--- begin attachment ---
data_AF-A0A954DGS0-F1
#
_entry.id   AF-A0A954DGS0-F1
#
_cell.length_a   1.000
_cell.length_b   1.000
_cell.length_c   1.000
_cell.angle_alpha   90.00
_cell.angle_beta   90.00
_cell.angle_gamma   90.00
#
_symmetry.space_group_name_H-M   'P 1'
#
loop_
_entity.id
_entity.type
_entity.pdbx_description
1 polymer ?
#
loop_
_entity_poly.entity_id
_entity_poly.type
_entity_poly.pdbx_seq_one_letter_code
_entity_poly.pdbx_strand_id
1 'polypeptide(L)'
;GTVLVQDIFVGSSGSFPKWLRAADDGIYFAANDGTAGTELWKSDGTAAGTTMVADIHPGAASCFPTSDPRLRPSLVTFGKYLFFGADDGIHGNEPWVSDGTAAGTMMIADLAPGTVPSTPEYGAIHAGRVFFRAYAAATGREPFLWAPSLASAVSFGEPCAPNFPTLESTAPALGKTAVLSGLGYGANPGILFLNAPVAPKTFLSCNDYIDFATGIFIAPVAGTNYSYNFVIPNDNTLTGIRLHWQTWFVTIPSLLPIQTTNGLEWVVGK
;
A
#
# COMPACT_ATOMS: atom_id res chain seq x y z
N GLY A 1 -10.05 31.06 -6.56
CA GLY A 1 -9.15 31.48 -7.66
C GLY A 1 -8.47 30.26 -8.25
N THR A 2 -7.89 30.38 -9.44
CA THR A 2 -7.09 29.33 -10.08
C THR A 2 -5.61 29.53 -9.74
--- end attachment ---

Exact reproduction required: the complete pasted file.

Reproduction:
data_AF-A0A954DGS0-F1
#
_entry.id   AF-A0A954DGS0-F1
#
_cell.length_a   1.000
_cell.length_b   1.000
_cell.length_c   1.000
_cell.angle_alpha   90.00
_cell.angle_beta   90.00
_cell.angle_gamma   90.00
#
_symmetry.space_group_name_H-M   'P 1'
#
loop_
_entity.id
_entity.type
_entity.pdbx_description
1 polymer ?
#
loop_
_entity_poly.entity_id
_entity_poly.type
_entity_poly.pdbx_seq_one_letter_code
_entity_poly.pdbx_strand_id
1 'polypeptide(L)'
;GTVLVQDIFVGSSGSFPKWLRAADDGIYFAANDGTAGTELWKSDGTAAGTTMVADIHPGAASCFPTSDPRLRPSLVTFGKYLFFGADDGIHGNEPWVSDGTAAGTMMIADLAPGTVPSTPEYGAIHAGRVFFRAYAAATGREPFLWAPSLASAVSFGEPCAPNFPTLESTAPALGKTAVLSGLGYGANPGILFLNAPVAPKTFLSCNDYIDFATGIFIAPVAGTNYSYNFVIPNDNTLTGIRLHWQTWFVTIPSLLPIQTTNGLEWVVGK
;
A
#
# COMPACT_ATOMS: atom_id res chain seq x y z
N GLY A 1 -10.05 31.06 -6.56
CA GLY A 1 -9.15 31.48 -7.66
C GLY A 1 -8.47 30.26 -8.25
N THR A 2 -7.89 30.38 -9.44
CA THR A 2 -7.09 29.33 -10.08
C THR A 2 -5.61 29.53 -9.74